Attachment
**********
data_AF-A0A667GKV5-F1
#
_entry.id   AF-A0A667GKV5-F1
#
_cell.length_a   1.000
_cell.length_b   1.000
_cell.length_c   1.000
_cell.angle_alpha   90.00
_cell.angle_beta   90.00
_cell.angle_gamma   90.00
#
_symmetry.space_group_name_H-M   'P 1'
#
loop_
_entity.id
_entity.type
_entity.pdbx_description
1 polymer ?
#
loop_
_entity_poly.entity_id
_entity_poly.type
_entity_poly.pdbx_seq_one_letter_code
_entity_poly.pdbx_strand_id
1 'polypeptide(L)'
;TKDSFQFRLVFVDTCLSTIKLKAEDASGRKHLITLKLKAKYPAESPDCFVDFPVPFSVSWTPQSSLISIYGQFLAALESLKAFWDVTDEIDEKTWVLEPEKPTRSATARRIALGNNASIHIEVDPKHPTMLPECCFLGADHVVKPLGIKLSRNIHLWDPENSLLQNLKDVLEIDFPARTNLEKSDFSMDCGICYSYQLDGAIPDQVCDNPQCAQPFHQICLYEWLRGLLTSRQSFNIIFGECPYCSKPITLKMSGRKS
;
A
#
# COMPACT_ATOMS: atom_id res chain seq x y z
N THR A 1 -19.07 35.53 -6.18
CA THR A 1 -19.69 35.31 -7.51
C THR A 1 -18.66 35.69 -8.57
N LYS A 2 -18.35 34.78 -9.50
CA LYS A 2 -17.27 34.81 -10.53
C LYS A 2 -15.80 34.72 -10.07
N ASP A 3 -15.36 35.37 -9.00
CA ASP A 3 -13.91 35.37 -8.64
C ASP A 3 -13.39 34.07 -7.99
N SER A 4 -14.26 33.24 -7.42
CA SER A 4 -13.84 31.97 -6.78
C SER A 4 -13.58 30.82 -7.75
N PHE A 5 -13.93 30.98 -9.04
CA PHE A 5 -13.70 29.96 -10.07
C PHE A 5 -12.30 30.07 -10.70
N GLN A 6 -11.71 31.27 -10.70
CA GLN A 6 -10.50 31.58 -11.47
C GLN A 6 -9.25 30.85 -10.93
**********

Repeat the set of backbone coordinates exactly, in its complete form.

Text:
data_AF-A0A667GKV5-F1
#
_entry.id   AF-A0A667GKV5-F1
#
_cell.length_a   1.000
_cell.length_b   1.000
_cell.length_c   1.000
_cell.angle_alpha   90.00
_cell.angle_beta   90.00
_cell.angle_gamma   90.00
#
_symmetry.space_group_name_H-M   'P 1'
#
loop_
_entity.id
_entity.type
_entity.pdbx_description
1 polymer ?
#
loop_
_entity_poly.entity_id
_entity_poly.type
_entity_poly.pdbx_seq_one_letter_code
_entity_poly.pdbx_strand_id
1 'polypeptide(L)'
;TKDSFQFRLVFVDTCLSTIKLKAEDASGRKHLITLKLKAKYPAESPDCFVDFPVPFSVSWTPQSSLISIYGQFLAALESLKAFWDVTDEIDEKTWVLEPEKPTRSATARRIALGNNASIHIEVDPKHPTMLPECCFLGADHVVKPLGIKLSRNIHLWDPENSLLQNLKDVLEIDFPARTNLEKSDFSMDCGICYSYQLDGAIPDQVCDNPQCAQPFHQICLYEWLRGLLTSRQSFNIIFGECPYCSKPITLKMSGRKS
;
A
#
# COMPACT_ATOMS: atom_id res chain seq x y z
N THR A 1 -19.07 35.53 -6.18
CA THR A 1 -19.69 35.31 -7.51
C THR A 1 -18.66 35.69 -8.57
N LYS A 2 -18.35 34.78 -9.50
CA LYS A 2 -17.27 34.81 -10.53
C LYS A 2 -15.80 34.72 -10.07
N ASP A 3 -15.36 35.37 -9.00
CA ASP A 3 -13.91 35.37 -8.64
C ASP A 3 -13.39 34.07 -7.99
N SER A 4 -14.26 33.24 -7.42
CA SER A 4 -13.84 31.97 -6.78
C SER A 4 -13.58 30.82 -7.75
N PHE A 5 -13.93 30.98 -9.04
CA PHE A 5 -13.70 29.96 -10.07
C PHE A 5 -12.30 30.07 -10.70
N GLN A 6 -11.71 31.27 -10.70
CA GLN A 6 -10.50 31.58 -11.47
C GLN A 6 -9.25 30.85 -10.93